Treating sleep apnea and snoring with orthotics
More and more, doctors get asked which dental orthotics can solve snoring and sleep apnea problems.
Charles Samelson, a Chicago psychiatrist, invented the first dental device against snoring and apnea in the late 1970s. Dr. Samelson was trying to fix his own snoring problem. His wife, a pianist, complained that the noise generated by snoring interfered with her “musical ear” and gave her fatigue during the day. Dr. Samelson produced beeswax molds of his tongue, which kept the airway open during sleep by pulling on the tongue by suction. Soon, beeswax was replaced by latex, and research was undertaken at Rush University Medical School. In 1982, the results were presented to the same scientific meeting where Dr. Colin Sullivan introduced the CPAP or nCPAP (Nasal Continuous Positive Airway Pressure), in his article published in the New England Journal of Medicine in 1981. The continuous positive airway pressure technique is the application of air pressure through a sealed mask on the nose by means of a compressor.
The success rate with wearing dental orthotics varies according to several criteria. If it’s a snoring patient, some studies have shown success rates up to 95%. Thus, in 95% of cases, snoring is eliminated completely or is reduced to an acceptable level.
In the case of patients with obstructive sleep apnea, the success rate is lower. It would be between 50% and 80% depending on the study. This variance is due to criteria considered a success factor, or other selected or excluded criteria that differ from one study to another.
For example, European studies include thinner individuals compared to American studies that accept higher-weight candidates. And we know that the weight, not body mass index, influences directly the response to treatment with dental orthotics. Thus, the implication is that the thinner a candidate, the lower his apnea-hypopnea index, the smaller his neck circumference, and the more his lower jaw is retruded, the better his chances are of being successfully treated with dental orthotics.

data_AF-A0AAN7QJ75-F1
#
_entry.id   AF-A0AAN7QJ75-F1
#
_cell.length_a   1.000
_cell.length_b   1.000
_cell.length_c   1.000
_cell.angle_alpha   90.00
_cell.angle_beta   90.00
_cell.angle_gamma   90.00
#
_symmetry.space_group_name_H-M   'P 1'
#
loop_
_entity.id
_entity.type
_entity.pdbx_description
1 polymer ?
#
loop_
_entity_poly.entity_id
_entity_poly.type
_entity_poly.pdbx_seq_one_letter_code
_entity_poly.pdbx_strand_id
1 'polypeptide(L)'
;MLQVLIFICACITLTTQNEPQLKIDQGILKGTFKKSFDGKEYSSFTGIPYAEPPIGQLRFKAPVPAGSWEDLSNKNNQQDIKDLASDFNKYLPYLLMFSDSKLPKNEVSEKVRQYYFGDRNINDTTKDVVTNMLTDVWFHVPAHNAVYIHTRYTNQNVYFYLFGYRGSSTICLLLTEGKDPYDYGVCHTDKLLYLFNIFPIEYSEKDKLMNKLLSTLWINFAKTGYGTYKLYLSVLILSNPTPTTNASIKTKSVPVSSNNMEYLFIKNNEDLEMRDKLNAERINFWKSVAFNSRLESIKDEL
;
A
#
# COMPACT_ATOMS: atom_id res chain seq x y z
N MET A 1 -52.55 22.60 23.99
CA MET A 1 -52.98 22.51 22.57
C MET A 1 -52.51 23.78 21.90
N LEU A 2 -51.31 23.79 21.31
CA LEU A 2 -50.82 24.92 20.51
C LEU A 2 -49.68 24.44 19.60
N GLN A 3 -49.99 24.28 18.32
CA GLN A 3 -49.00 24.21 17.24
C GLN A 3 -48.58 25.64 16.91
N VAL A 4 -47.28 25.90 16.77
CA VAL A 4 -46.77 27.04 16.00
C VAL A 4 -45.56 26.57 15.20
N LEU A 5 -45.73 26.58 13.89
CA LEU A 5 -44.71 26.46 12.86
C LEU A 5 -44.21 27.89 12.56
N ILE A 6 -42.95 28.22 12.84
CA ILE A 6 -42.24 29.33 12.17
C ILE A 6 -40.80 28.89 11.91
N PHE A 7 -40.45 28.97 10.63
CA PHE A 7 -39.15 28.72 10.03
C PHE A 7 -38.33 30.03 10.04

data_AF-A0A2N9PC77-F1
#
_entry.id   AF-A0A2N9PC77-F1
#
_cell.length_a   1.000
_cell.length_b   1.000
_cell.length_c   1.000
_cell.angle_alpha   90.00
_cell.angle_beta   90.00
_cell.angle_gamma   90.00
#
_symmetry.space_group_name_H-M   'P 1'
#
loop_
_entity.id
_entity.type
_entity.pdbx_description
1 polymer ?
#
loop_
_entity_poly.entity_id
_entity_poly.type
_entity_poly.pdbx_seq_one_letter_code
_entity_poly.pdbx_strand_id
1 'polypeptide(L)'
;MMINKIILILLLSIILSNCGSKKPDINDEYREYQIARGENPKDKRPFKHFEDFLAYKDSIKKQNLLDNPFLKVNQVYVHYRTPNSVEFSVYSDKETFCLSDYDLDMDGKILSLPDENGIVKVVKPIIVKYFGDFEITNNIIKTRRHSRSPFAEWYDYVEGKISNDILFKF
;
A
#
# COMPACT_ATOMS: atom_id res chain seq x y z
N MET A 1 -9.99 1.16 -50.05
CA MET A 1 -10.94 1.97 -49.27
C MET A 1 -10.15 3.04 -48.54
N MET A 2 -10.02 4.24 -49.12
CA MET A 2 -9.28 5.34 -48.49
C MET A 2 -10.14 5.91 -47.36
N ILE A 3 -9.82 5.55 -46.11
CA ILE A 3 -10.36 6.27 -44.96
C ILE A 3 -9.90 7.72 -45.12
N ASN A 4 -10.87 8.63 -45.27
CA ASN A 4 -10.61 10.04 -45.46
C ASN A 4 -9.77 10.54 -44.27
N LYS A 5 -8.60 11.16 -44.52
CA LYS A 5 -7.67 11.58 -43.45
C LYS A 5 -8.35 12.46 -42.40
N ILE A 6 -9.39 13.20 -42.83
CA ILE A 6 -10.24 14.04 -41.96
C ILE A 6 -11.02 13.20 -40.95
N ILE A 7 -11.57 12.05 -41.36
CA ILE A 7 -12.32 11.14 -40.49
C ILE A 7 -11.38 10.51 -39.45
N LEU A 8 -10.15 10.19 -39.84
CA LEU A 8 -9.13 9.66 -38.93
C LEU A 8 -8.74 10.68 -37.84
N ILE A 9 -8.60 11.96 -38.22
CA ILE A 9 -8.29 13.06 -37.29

The patient’s sex is also an important prognostic factor, as women respond better than men to treatment with an oral splint. Also, a patient breathing well through the nose has better chances to tolerate orthotics. It is important to note that very good responses to treatment were obtained for some patients whose prognosis was medium or low.
Furthermore, a study by Dr. Allan Lowe of the University of British Columbia compared the effectiveness of a nCPAP treatment with that of an oral splint. Taking into account adherence to treatment that is far greater with dental orthotics compared to nCPAP, Dr. Lowe has determined that effectiveness was comparable.
Although one can fairly assess prognosis of treatment with a dental orthotic from factors described above, it is impossible to determine with certainty whether its use will be successful. This is the main problem with this device, since the patient has to pay between $ 1,000 and $ 2,600 without knowing whether the treatment will give desired results. So far, only the French State covers this type of device, but it seems that Medicare in the United States is about to defray the cost of treatment. Many private insurance companies cover expenses for the device. The medical portion of a patient’s insurance provides coverage while dental insurance does not usually cover this type of care.